New York City is taking on the issue of homelessness with a new approach that aims to not only find permanent homes for those living in shelters, but also prevent New Yorkers from losing their homes in the first place.

Mayor Bill de Blasio announced Monday that as a result of a 90-day review of homeless services, the city has come up with a widespread plan which will make sure services are given efficiently and effectively with a focus on prevention and rehousing.

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“The homeless population has changed, but the way we fight homelessness hasn’t. It’s time to bring new approaches and resources to keep vulnerable New Yorkers in their homes and help those in shelters find new permanent homes,” said de Blasio.

The plan calls for no new money to combat homelessness. Instead, the city claims it will save money by combining two agencies that had been devoted to services for the homeless. According to the mayor, the four major elements to the new plan are prevention, rehousing, street level outreach and improving shelter conditions. 

Under prevention, the city aims to actively identify and serve those who are considered to be most at-risk of becoming homeless.

With rehousing, officials plan to make the rental assistance program easier to navigate, improve aftercare services and also strictly enforce housing discrimination laws.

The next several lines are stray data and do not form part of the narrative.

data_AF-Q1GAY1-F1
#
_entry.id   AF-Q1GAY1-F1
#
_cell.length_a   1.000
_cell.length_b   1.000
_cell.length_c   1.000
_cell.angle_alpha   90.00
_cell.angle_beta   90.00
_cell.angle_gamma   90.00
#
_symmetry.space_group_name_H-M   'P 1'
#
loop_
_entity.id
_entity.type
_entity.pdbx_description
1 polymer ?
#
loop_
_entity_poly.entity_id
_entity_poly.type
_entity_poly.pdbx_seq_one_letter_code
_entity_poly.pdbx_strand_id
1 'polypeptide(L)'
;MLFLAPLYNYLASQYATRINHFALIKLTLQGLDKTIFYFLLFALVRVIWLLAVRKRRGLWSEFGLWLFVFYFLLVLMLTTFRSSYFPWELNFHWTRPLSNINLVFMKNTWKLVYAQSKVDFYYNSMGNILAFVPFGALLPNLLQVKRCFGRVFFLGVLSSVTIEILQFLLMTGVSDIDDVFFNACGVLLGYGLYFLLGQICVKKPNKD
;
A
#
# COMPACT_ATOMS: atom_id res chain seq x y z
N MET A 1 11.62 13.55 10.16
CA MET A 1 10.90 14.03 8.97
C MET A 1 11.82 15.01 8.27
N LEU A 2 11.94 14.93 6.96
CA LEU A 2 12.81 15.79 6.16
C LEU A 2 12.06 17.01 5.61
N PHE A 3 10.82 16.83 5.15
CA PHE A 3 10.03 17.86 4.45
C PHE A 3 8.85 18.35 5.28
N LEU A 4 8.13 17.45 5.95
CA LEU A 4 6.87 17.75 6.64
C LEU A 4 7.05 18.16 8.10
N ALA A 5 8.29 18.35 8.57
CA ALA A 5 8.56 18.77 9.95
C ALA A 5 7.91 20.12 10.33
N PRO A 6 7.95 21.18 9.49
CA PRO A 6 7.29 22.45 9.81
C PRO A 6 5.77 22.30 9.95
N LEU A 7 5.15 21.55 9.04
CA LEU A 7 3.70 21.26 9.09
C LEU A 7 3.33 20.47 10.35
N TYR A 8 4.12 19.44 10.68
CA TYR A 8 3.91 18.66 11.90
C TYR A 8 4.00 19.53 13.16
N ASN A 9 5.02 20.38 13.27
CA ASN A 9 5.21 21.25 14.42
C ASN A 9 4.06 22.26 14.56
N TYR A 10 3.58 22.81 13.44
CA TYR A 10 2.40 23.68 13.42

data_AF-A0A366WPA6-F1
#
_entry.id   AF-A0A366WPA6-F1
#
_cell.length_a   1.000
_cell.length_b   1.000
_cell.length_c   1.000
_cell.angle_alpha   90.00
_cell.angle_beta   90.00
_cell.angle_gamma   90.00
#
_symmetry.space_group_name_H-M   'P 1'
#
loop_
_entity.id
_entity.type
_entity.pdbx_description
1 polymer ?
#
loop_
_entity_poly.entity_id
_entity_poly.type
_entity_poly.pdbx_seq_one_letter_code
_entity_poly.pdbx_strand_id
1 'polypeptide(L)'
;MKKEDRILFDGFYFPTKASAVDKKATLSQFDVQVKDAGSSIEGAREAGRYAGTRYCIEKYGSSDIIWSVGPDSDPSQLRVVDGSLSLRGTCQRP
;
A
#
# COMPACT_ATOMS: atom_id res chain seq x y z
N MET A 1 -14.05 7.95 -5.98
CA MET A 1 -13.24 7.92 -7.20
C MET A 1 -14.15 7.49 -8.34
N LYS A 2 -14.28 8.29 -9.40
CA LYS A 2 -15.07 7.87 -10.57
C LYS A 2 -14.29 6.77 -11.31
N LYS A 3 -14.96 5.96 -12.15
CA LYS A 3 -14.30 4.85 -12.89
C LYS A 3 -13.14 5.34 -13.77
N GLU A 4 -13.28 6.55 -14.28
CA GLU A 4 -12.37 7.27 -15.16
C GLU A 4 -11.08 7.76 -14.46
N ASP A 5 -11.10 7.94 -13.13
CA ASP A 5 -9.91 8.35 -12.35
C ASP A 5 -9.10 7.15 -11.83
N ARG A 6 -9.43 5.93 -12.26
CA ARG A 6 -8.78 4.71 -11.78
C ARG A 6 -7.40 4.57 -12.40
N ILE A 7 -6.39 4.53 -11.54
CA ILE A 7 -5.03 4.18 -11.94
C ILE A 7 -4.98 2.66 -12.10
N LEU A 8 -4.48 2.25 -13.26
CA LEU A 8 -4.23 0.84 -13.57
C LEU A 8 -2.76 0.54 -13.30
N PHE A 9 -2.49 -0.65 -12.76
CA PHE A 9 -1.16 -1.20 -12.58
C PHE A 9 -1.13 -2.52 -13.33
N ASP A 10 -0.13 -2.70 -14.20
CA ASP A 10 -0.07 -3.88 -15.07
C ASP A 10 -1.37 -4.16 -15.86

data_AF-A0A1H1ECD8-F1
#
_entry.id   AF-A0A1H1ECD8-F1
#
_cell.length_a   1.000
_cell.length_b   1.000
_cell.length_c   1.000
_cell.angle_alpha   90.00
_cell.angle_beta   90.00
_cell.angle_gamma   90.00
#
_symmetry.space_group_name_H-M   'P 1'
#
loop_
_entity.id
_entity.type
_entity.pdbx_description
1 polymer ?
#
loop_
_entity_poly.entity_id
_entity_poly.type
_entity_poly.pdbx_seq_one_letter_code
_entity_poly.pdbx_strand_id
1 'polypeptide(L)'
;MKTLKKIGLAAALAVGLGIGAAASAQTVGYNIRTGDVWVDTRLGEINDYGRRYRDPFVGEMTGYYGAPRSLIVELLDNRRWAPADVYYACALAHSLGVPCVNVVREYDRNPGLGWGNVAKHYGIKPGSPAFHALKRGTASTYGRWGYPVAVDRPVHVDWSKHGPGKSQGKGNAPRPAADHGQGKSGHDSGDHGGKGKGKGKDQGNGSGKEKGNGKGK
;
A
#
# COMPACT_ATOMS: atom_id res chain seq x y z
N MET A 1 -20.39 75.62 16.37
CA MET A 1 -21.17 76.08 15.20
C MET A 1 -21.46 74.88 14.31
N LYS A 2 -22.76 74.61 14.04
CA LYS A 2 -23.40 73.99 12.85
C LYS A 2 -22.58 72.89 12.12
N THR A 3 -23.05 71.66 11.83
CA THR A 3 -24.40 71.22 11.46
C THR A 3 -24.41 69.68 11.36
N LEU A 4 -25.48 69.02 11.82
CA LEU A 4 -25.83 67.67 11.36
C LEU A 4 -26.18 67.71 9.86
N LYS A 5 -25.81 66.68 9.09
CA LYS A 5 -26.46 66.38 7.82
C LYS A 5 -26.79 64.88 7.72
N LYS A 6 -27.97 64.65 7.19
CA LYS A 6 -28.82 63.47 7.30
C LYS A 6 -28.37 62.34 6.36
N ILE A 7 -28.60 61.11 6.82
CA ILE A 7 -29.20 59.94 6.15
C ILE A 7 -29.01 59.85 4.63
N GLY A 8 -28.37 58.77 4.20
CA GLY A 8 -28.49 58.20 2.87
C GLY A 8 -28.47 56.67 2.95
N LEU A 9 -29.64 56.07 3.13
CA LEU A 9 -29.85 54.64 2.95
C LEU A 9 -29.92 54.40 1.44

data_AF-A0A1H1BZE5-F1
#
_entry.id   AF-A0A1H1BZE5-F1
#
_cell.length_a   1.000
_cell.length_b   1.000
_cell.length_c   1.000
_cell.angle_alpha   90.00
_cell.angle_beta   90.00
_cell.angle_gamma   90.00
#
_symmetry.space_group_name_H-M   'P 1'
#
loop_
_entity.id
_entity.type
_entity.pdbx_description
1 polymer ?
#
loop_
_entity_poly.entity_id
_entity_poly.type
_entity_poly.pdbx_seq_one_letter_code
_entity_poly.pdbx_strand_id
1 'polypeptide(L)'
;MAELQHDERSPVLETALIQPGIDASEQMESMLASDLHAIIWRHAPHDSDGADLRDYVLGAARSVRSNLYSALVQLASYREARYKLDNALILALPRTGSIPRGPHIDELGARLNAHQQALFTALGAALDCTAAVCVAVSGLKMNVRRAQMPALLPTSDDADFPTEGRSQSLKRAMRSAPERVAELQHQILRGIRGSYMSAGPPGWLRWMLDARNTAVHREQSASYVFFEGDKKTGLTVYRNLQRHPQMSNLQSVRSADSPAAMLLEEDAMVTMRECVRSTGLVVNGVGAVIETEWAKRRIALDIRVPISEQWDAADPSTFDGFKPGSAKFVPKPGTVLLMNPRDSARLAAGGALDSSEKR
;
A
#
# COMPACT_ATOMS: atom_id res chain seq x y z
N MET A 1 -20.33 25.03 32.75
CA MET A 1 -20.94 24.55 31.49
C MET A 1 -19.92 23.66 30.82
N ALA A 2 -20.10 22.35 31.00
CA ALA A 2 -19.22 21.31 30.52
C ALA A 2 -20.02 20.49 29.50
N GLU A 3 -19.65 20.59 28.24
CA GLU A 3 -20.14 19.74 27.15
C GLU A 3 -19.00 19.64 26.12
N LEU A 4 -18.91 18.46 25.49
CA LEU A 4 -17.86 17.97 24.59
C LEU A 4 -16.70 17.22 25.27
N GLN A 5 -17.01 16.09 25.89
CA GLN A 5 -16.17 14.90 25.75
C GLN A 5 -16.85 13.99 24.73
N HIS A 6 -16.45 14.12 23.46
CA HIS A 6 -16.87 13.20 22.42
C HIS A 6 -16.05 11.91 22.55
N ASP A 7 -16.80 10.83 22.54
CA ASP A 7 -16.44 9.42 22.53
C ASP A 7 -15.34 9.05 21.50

To tackle street homelessness, the city fully launched HOME-STAT, which requires prevention programs to reach out to people living out in the street to offer services, this year.

While the process was underway the city also created the shelter repair scorecard and increased security at all hotels housing homeless families and individuals.

“There is much work to do to improve conditions and services for homeless New Yorkers, and we are pleased that the city is taking this urgent work seriously,” said Mary Brosnahan, CEO of Coalition for the Homeless

As part of the plan, the city will set forth an combined management structure that will have the Human Resources Administration (HRA) and the Department of Homeless Services (DHS) both reporting to one Commissioner of Social Services, who is currently HRA Commissioner Steven Banks.

Procedures that deal with prevention and rehousing at DHS will also be merged with those that perform the same tasks at HRA. For example, DHS’ homebase prevention unit will join HRA’s Homelessness Prevention Administration.

DHS will focus on managing and improving shelters while also developing new types of shelters.

To increase accountability across different city agencies, the city will also create an Interagency Homelessness Accountability Council.

“Our goal is to provide seamless services to clients designed to best help them with their specific problems, whether it’s to prevent homelessness or move from shelter permanently into the community,” said Steven Banks, DSS and HRA Commissioner.

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As part of the 90-day review — which de Blasio ordered done in December — officials met with homeless people at shelters and on the streets, shelter and homeless services providers; elected officials; and staff at various city agencies.

In total, 24 government agencies and 60 nonprofit providers participated in the review process.

“As a result of our 90-day review, we now have a comprehensive plan, including significant policy changes and both programmatic and structural reforms that will enable us to do just that,” de Blasio said. “I urge the state, the providers, the advocates and homeless New Yorkers to join us in a new partnership to bring the homeless situation that has built up over the years under control.”